The first full online singing lesson I gave, I was surprised by how much I could contribute to the student without being able to approach him. Most “wrongs” I had to “right” were audible and visible. I have been training myself to detect difficulties in the voice, and it is possible, I’d say 90% of the time, to do it online as well.
The limitations of online singing lessons
Still, those 10 percent. I don’t like that. Some people look like they are doing everything right, and still their sound isn’t free. In person I could go up to them, put my hand on their neck, shoulders, chest, and see what’s going on. If it’s an online lesson, how will I figure it out?
If my method goes hand in hand with body awareness, which it does, teaching through a screen sounds really tricky to me. I work a lot with placing my hands on the student’s body and guiding them to correct bad posture, breathe properly, release tension etc.
But let’s assess for a moment what I need as a teacher, and if there is a way to do it “hands off” (besides, my student might be ultra orthodox and won’t be interested in me touching them anyway):
How to make up for the limitations
When a student makes a sound I look and listen. I first make sure that the visible behavior of the body is healthy. I also listen for a healthy functioning of the vocal cords, and work on that if needed. I ask the student to turn and show me their posture from the side as well as the front. These are the 90% that are manageable so far.
When the student’s voice sounds forced to me, but looking at them I don’t see any muscle tension manifesting itself (this is less common), I need to find the source of the tension in another way.
The tension could come from any number of areas in the body: The back of the neck, the throat, the jaw, the tongue, the shoulders, the chest or any combination thereof. Of course I have exercises for releasing each and every part, so I go one by one, and see which one creates the biggest different in the sound. And then I know the source of the problem and can target it.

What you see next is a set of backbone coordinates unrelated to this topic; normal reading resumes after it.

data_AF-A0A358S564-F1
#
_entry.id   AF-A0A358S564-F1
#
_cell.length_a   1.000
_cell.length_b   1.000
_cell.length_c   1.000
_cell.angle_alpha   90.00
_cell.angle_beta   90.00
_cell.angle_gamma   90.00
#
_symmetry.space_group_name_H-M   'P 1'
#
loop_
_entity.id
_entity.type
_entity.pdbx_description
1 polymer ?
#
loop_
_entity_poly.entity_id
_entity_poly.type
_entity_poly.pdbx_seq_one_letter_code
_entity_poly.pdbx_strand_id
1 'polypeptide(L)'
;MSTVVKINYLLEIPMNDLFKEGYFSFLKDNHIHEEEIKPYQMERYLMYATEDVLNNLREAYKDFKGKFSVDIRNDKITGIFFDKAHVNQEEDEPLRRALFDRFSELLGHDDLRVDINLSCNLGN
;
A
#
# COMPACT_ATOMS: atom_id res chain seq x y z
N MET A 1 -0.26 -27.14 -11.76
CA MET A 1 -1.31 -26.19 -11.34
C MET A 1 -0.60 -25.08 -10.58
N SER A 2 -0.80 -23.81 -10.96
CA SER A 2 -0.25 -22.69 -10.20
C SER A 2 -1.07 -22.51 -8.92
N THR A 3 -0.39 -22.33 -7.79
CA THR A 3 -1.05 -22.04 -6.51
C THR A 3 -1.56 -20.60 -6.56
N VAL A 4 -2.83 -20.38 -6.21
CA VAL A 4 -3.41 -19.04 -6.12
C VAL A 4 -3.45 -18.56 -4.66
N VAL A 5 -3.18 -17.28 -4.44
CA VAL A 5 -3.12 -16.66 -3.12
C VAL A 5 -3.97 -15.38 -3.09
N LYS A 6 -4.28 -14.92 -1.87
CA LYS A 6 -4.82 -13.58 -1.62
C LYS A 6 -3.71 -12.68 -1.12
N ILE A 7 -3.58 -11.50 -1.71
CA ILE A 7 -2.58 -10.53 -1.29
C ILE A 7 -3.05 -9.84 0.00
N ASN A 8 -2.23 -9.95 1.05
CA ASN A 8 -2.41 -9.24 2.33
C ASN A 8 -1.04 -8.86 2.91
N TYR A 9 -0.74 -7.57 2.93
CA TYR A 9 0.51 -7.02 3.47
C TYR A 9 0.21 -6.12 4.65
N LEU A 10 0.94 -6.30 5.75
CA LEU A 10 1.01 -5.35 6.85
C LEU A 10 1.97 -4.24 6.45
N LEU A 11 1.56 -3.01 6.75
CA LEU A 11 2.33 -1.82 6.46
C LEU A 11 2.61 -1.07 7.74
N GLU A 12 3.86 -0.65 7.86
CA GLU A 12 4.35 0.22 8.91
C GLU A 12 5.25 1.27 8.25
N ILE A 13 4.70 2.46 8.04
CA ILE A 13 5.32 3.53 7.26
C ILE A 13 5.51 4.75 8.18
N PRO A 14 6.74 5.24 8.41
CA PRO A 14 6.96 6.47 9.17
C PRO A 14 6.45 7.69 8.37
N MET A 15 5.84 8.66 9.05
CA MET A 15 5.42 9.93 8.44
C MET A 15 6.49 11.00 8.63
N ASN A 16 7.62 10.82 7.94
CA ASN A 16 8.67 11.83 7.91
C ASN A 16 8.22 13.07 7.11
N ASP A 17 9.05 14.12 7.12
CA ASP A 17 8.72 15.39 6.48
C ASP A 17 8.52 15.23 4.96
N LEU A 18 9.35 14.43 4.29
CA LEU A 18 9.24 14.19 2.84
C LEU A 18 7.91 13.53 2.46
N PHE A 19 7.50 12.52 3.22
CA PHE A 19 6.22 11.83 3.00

Yes, it’s a longer process, it’s also more thorough.
But fear not. It is, as said, usually not that challenging. With Ido, a dream come true of any teacher, an online lesson is pretty close to what it would be in real life, I would assume. His ability to develop body awareness is above average, so he would understand quickly what I mean and inform me of that. Then he takes the new pointers he learned and works on them throughout the week, coming to the next lesson 70% better already. With a student like that it’s relatively easy to get the information across, and even an obstacle like compromised sound quality (which can happen on Skype) is not a big problem.
The bottom line is that the success of the lesson depends on both the teacher and the student, just like in in-person lessons. It depends on how developed a student’s awareness of their body is, and how helpful the teacher’s advice is. For some it will take longer than for others, but that’s true for of line lessons as well.
Can I become a pro by only online courses?
There is a lot you can learn and very far you can go, if you are passionate, with studying online (also check out what I have to say about singing apps or an online vocal warm-up). There is so much you can learn about singing, before you even get to live lessons (after you’ve done that, you do need to get live feedback). Reading tips and information online is in a way like auto-didactic people who have learned many things in the past, languages, history, medicine, law, and so on. They did it way before the internet.
However, if you ask me, eventually, no. You need to go train in person, just like an athlete would need to, or a doctor, or a lawyer. The character in the series Suits, Mike Ross, is a great example. He wanted to be a lawyer, but even before applying to Harvard he knew the study books by heart, cover-to-cover. Still, in order to be a professional, he had to get out to the real world. Sorry 🙂
What is your opinion?
What do you think of online singing lessons? Would it be your first choice? Are there advantages or disadvantages I have not yet thought of? Let me know in the comments.